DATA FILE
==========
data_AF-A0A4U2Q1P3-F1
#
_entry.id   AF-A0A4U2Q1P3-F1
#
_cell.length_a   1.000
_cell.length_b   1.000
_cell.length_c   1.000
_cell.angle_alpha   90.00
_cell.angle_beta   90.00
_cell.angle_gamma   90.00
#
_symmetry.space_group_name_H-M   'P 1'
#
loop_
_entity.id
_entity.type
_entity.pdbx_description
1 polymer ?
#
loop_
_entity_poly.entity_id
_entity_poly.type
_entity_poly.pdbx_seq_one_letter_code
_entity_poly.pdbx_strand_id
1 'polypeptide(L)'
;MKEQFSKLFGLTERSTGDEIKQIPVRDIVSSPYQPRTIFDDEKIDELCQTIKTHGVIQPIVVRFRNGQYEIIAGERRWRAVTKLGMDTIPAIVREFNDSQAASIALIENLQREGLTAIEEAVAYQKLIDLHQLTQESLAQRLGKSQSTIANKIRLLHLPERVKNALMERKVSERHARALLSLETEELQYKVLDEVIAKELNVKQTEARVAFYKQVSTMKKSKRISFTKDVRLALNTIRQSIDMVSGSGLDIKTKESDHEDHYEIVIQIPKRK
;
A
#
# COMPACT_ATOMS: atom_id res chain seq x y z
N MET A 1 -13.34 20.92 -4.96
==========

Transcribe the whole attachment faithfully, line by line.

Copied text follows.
data_AF-A0A4U2Q1P3-F1
#
_entry.id   AF-A0A4U2Q1P3-F1
#
_cell.length_a   1.000
_cell.length_b   1.000
_cell.length_c   1.000
_cell.angle_alpha   90.00
_cell.angle_beta   90.00
_cell.angle_gamma   90.00
#
_symmetry.space_group_name_H-M   'P 1'
#
loop_
_entity.id
_entity.type
_entity.pdbx_description
1 polymer ?
#
loop_
_entity_poly.entity_id
_entity_poly.type
_entity_poly.pdbx_seq_one_letter_code
_entity_poly.pdbx_strand_id
1 'polypeptide(L)'
;MKEQFSKLFGLTERSTGDEIKQIPVRDIVSSPYQPRTIFDDEKIDELCQTIKTHGVIQPIVVRFRNGQYEIIAGERRWRAVTKLGMDTIPAIVREFNDSQAASIALIENLQREGLTAIEEAVAYQKLIDLHQLTQESLAQRLGKSQSTIANKIRLLHLPERVKNALMERKVSERHARALLSLETEELQYKVLDEVIAKELNVKQTEARVAFYKQVSTMKKSKRISFTKDVRLALNTIRQSIDMVSGSGLDIKTKESDHEDHYEIVIQIPKRK
;
A
#
# COMPACT_ATOMS: atom_id res chain seq x y z
N MET A 1 -13.34 20.92 -4.96